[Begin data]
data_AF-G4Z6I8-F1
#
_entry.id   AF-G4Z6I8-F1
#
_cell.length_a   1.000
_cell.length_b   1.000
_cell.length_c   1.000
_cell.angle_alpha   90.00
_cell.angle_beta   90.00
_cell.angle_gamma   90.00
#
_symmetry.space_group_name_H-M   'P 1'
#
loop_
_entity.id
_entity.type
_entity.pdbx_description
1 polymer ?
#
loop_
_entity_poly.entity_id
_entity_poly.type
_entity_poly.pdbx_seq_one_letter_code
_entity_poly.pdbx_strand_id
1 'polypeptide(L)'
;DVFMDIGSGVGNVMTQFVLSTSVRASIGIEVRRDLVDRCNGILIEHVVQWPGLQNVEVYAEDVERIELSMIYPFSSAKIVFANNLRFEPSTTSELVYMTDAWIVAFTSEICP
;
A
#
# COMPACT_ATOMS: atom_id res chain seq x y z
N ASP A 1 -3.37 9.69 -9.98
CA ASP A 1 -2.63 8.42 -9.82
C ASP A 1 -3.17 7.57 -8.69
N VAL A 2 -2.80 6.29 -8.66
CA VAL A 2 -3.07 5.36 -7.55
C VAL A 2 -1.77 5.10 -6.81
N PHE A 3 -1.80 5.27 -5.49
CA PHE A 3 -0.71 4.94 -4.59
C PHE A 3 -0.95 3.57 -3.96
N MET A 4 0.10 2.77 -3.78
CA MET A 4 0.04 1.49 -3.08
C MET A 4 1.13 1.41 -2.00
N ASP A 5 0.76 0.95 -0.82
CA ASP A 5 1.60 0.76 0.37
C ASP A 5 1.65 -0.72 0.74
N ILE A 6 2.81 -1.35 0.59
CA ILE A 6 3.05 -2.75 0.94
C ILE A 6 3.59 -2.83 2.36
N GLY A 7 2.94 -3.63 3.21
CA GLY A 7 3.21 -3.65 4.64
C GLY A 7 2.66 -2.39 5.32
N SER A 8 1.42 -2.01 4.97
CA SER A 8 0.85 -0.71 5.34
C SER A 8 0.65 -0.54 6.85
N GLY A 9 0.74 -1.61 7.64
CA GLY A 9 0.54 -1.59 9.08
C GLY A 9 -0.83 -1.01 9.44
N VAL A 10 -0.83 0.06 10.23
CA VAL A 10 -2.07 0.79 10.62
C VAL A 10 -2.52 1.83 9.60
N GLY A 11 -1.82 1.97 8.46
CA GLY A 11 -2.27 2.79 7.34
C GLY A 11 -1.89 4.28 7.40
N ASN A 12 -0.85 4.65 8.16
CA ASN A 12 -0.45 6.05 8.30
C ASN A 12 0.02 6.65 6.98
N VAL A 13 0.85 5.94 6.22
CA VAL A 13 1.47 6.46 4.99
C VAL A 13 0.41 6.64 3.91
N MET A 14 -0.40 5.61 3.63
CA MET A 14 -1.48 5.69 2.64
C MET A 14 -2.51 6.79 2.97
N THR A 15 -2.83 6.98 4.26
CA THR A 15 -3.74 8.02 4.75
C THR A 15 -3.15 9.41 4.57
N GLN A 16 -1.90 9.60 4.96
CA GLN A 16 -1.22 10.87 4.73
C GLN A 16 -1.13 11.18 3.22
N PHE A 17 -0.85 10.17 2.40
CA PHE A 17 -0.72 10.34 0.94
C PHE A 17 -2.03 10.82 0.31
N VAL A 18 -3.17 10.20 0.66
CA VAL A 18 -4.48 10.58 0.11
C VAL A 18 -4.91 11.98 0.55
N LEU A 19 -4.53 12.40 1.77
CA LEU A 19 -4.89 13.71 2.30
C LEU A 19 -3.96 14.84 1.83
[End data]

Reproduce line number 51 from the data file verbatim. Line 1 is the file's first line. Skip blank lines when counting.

C GLY A 7 2.66 -2.39 5.32